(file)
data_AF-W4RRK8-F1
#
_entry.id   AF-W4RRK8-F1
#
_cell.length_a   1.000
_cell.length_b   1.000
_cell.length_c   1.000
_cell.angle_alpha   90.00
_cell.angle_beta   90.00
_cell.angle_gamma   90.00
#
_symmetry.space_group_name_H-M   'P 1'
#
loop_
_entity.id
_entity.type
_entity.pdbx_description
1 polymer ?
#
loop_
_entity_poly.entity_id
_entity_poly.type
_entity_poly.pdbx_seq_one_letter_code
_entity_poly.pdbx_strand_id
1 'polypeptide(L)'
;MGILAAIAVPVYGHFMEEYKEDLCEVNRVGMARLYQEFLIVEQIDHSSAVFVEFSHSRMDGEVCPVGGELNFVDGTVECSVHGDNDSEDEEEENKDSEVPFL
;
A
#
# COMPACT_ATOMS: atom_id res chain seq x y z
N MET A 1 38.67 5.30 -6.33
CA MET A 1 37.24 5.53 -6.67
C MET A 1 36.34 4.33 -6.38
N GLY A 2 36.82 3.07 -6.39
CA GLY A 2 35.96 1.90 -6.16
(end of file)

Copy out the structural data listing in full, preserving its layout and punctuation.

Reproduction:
data_AF-W4RRK8-F1
#
_entry.id   AF-W4RRK8-F1
#
_cell.length_a   1.000
_cell.length_b   1.000
_cell.length_c   1.000
_cell.angle_alpha   90.00
_cell.angle_beta   90.00
_cell.angle_gamma   90.00
#
_symmetry.space_group_name_H-M   'P 1'
#
loop_
_entity.id
_entity.type
_entity.pdbx_description
1 polymer ?
#
loop_
_entity_poly.entity_id
_entity_poly.type
_entity_poly.pdbx_seq_one_letter_code
_entity_poly.pdbx_strand_id
1 'polypeptide(L)'
;MGILAAIAVPVYGHFMEEYKEDLCEVNRVGMARLYQEFLIVEQIDHSSAVFVEFSHSRMDGEVCPVGGELNFVDGTVECSVHGDNDSEDEEEENKDSEVPFL
;
A
#
# COMPACT_ATOMS: atom_id res chain seq x y z
N MET A 1 38.67 5.30 -6.33
CA MET A 1 37.24 5.53 -6.67
C MET A 1 36.34 4.33 -6.38
N GLY A 2 36.82 3.07 -6.39
CA GLY A 2 35.96 1.90 -6.16